By Jack Canfora
“The quality of mercy,” wrote The Bard in his anti-Semitic romantic romp, The Merchant of Venice, “is not strained.” However, in my experience, the quality of mercy is often very strained indeed. Strained past to the point I think that, despite intense physical therapy, it may be out for the season.
I mean, I’d certainly like to think that the quality of mercy – OK let’s be specific – MY mercy, you know, droppeth as the gentle rain from heaven, like it does, yada, yada, yada, yada. And there have been times, in a self-congratulatory mood, I’ve patted myself on the back for the relative lack of strain on my mercy. “See, look how unstrained my quality of mercy was when the waiter took so long to bring my bill, I can only assume he’d taken an online course in the interim. I would even go so far as to say the particular quality of mercy I just displayed would become the monarch (pick any you’d like) better than his/her/crown. Good for me.”
But this week, my Schadenfreude has outpaced my Shakespeare by a considerable margin. For over four years (how can it be only that?), many of us have endured daily irritations, infuriation, and even periods of inexpressible shame at what’s happened under the aegis of my government. There’s no need to recite the litany. Recalling the grammar and spelling mistakes alone could set my eye to twitching, let alone the egregious lapses in basic human empathy.
A segment of my fellow citizens only compounded the issue. For every action I found nauseating, they found gleeful. It went far beyond politics. It reached down into our basic essences, held them up to the light, and found them seemingly alien to one another.
As if this weren’t distressing enough, There was, at bottom, an ambient, unnamable exhaustion I felt constantly. The Coronavirus certainly didn’t help, and raised that noise to a higher pitch and volume, but it had been there for longer than I can remember. I almost can’t remember not having it.
And then, on Saturday, all the clouds that hung over our lives seemed to part. There was crying, there was rejoicing; there were spontaneous parties and dancing in the streets of America’s cities. It’s like when Dorothy killed the Wicked Witch, and all of us Munchkins’ world went from black and white to color. Even for those of us not in the Loillipop Guild (who, FYI: are totally stuck up jerks, anyway. And it’s totally who you know that determines how you get in. Don’t get me started.) It would’ve felt soooo deeply, Germanically satisfying to rub it in the faces of those who aligned against us. And I’d argue we’d have every right to.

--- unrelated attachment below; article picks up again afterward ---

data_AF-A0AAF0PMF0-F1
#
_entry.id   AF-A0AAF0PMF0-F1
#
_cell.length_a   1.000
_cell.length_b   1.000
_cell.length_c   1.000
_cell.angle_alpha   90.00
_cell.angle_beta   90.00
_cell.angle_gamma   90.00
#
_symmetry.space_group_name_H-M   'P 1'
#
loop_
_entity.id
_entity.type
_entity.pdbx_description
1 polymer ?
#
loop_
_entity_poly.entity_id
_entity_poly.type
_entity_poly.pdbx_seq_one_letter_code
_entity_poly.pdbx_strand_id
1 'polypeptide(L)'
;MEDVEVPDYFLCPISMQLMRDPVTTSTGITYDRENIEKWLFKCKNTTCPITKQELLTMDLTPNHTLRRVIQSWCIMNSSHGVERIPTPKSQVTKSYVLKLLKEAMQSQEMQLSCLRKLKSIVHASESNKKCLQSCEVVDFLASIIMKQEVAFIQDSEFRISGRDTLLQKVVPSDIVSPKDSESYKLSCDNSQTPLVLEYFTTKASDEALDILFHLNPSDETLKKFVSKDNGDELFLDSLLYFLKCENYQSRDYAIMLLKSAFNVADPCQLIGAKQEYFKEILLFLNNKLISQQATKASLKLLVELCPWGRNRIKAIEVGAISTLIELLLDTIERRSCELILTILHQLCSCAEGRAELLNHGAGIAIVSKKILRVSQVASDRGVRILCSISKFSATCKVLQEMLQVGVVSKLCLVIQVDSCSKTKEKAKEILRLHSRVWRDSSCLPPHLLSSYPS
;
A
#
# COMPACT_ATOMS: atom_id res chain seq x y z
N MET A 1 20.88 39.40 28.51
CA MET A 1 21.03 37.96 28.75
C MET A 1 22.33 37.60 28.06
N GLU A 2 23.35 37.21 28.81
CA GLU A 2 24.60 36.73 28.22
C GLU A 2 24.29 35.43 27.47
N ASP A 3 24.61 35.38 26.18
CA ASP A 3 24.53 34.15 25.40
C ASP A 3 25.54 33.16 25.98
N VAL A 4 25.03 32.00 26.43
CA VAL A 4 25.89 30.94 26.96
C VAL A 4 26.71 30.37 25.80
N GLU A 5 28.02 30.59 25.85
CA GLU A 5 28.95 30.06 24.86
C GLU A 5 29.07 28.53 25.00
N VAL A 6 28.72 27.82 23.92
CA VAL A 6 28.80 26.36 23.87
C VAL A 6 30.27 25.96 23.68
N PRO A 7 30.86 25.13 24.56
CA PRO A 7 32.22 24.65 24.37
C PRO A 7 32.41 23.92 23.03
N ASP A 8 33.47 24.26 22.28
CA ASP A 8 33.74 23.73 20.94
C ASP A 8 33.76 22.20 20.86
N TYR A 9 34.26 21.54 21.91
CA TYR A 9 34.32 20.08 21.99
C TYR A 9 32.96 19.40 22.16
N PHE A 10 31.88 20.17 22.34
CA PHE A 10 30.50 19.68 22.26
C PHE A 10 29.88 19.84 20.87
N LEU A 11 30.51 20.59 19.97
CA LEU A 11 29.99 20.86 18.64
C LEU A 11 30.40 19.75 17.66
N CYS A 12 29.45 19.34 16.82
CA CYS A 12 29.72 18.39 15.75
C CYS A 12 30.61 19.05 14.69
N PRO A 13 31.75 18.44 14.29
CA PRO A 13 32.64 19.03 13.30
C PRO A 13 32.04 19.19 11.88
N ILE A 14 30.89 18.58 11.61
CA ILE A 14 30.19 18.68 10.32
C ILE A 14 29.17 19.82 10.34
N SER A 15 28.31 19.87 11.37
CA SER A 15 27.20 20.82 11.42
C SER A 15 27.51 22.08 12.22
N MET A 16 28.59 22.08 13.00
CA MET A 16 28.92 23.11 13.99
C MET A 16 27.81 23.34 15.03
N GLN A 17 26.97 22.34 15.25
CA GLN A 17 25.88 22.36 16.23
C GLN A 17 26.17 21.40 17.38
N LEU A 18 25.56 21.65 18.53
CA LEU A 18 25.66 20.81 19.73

But then, I realized, if there’s any hope moving forward, after all, like Dorothy found out, killing the Wicked Witch was only the start of her journey, someone has to be the group to stop the pattern. That a sense of getting even, so to speak, like so many things in life that leave one feeling giddy in the moment, leaves a real S.O.B. of a hangover. And just like other narcotics, it can be highly addictive.
I can’t hold it against anyone who reveled in the defeat of those who stood up for racism, cruelty, and a general lack of empathy. And let’s face it, there are many, many people whose cause for fury and indignation was based on real pain and mistreatment. My ire was merely philosophical. So, I can’t instruct anyone on how to behave. I can only try to remember Linclon’s words about the “better angels of out nature,” and try to heed them, as hard as that is. Not only because it’s the “right” thing to do, at least as some would have it. But because of something else Lincoln once warned us:
“From whence shall we expect the approach of danger? Shall some trans-Atlantic military giant step the earth and crush us at a blow? Never. All the armies of Europe and Asia…could not by force take a drink from the Ohio River or make a track on the Blue Ridge in the trial of a thousand years. No, if destruction be our lot we must ourselves be its author and finisher. As a nation of free men we will live forever or die by suicide.”
I believe that’s true now as it was then. And so I will try to opt for kindness, for some kind of common ground. I will no doubt fall short along the way. But still, I’ll keep trying. But don’t let Shakespeare fool ya. The quality of mercy is strained. For me, at least. As strained, and uncomfortable as a middle school dance. Nonetheless, the music keeps playing, and the dance goes on.
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